VOICES FROM THE FIELDTHE IRC BLOG
The riskiest place for a woman
May 22, 2012 by George Rupp
|Photo: Yolanda Barbera/IRC - Sierra Leone|
The International Rescue Committee is deeply committed to protecting and empowering women and girls in crisis zones and countries recovering from war and disaster. And through the strong ties our staff has forged with the women we assist, we have come to see that far too often the riskiest place for a woman is where you might least expect it to be—in her own home. That is because, as the U.N. attests, the most common and destructive form of violence that women experience globally is domestic violence. In some countries, the U.N. reports, nearly 50 percent of women have suffered physical violence at the hands of a current or former intimate partner.
The physical abuse of women by their husbands or intimate partners has been largely ignored. When it is acknowledged, it is frequently excused as a cultural problem. Local authorities (virtually all of whom are men) and even aid agencies say, in effect, “It is none of our business.”
Such a stance is unacceptable, and the IRC intends to change it. To lead the effort, we have formed the IRC Commission on Domestic Violence. This seven-member commission, on which I serve, includes distinguished leaders active in such fields as women’s rights, public health, media, and philanthropy.
The Commission will use its collective voice to raise awareness of domestic violence and insist that it no longer be ignored or tolerated. We are focusing our immediate attention on West Africa, a region emerging from a long period of conflict and war where the IRC’s staff has found domestic violence especially pervasive. It has become an obstacle not only to women’s well-being, safety, and potential, but also to the social and economic development of their communities.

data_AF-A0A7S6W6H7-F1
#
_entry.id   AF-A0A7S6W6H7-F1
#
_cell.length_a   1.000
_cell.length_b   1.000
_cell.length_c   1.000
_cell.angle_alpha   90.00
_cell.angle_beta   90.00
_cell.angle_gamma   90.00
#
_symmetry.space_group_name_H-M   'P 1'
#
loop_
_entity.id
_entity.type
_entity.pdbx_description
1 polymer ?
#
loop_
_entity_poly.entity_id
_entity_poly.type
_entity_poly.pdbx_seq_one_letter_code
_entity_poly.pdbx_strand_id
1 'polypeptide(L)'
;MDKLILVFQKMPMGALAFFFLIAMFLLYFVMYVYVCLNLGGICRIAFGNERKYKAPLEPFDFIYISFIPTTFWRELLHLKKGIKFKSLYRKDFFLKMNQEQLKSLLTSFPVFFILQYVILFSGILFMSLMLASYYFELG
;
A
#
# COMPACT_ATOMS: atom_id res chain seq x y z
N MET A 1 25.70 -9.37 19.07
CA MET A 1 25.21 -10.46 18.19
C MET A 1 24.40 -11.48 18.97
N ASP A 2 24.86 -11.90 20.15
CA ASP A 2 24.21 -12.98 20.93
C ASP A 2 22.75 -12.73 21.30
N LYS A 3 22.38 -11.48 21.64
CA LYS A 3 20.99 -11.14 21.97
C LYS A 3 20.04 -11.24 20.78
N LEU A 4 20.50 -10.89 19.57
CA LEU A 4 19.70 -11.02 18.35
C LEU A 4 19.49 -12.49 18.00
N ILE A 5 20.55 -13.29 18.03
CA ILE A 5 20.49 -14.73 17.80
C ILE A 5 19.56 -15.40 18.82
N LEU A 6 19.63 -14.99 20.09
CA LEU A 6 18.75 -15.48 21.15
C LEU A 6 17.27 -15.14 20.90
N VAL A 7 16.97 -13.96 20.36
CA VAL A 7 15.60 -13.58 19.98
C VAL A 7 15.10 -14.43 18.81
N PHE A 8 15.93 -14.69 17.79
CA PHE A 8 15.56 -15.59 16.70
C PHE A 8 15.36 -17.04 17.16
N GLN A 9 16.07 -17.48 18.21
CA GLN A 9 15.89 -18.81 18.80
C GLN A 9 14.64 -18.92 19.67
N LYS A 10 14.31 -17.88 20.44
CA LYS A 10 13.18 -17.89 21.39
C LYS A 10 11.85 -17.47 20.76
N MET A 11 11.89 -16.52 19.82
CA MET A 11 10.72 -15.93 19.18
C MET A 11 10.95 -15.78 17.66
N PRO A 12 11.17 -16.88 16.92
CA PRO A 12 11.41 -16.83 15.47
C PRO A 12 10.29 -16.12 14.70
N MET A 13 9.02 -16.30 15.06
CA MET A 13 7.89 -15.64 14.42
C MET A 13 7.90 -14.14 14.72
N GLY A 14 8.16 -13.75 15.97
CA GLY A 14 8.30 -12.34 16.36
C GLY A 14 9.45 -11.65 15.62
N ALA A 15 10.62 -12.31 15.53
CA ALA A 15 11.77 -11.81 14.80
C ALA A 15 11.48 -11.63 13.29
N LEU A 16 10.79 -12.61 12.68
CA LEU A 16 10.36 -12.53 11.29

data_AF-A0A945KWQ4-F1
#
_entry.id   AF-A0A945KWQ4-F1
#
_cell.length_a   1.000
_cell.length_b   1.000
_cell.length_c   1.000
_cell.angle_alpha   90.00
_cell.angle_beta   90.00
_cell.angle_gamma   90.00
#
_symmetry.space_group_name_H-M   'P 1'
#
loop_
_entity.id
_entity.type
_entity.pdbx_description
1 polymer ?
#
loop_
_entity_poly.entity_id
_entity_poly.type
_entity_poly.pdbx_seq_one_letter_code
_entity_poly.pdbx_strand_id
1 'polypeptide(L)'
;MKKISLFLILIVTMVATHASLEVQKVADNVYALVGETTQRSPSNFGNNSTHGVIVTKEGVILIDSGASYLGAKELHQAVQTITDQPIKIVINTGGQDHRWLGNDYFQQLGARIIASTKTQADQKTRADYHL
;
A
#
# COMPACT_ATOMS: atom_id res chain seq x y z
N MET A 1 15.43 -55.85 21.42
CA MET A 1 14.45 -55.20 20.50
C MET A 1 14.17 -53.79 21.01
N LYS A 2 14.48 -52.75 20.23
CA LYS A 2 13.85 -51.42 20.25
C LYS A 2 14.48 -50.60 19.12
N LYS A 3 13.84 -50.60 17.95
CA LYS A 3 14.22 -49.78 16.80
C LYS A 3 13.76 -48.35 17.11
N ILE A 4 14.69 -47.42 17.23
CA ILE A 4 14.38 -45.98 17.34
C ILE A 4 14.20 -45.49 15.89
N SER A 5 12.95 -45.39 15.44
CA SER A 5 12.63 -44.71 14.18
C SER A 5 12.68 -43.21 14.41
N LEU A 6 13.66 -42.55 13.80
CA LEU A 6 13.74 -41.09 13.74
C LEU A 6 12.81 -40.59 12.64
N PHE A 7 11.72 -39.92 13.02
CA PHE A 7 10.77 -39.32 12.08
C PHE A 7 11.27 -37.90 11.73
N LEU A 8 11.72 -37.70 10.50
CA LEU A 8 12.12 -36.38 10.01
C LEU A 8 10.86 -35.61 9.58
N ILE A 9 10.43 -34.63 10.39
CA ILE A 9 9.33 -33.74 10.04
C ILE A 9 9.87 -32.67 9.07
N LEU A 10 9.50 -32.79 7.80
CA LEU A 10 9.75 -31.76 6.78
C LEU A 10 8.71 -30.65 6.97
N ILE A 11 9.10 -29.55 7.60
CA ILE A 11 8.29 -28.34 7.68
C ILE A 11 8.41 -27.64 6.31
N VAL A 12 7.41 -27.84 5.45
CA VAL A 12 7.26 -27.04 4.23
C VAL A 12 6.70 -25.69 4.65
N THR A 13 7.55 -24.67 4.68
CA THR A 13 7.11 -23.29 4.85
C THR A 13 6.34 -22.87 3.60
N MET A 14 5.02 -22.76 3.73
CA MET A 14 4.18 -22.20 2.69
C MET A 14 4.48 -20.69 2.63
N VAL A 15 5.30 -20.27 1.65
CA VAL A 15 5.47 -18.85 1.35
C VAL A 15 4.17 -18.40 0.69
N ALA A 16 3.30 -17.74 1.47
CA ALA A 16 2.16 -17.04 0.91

In March, Commission members met with women in Liberia and Sierra Leone and from Ivory Coast, to hear their perspectives on domestic violence. Commission members also visited IRC programs for women, and met with key government and justice officials. Today, the IRC Commission is releasing a report that we hope will serve as a wake-up call and help local communities and governments in the region tackle this grievous problem.
With two daughters and two granddaughters of my own, I can appreciate how important it is to ensure the safety of women. And I also know that in 2012, we can no longer tolerate domestic violence anywhere as a private matter. On the contrary, society and the state must treat it as a violation of a woman’s basic human rights. If they do so, they will enable women to play a robust role in helping themselves, their families, and their communities grow and prosper.
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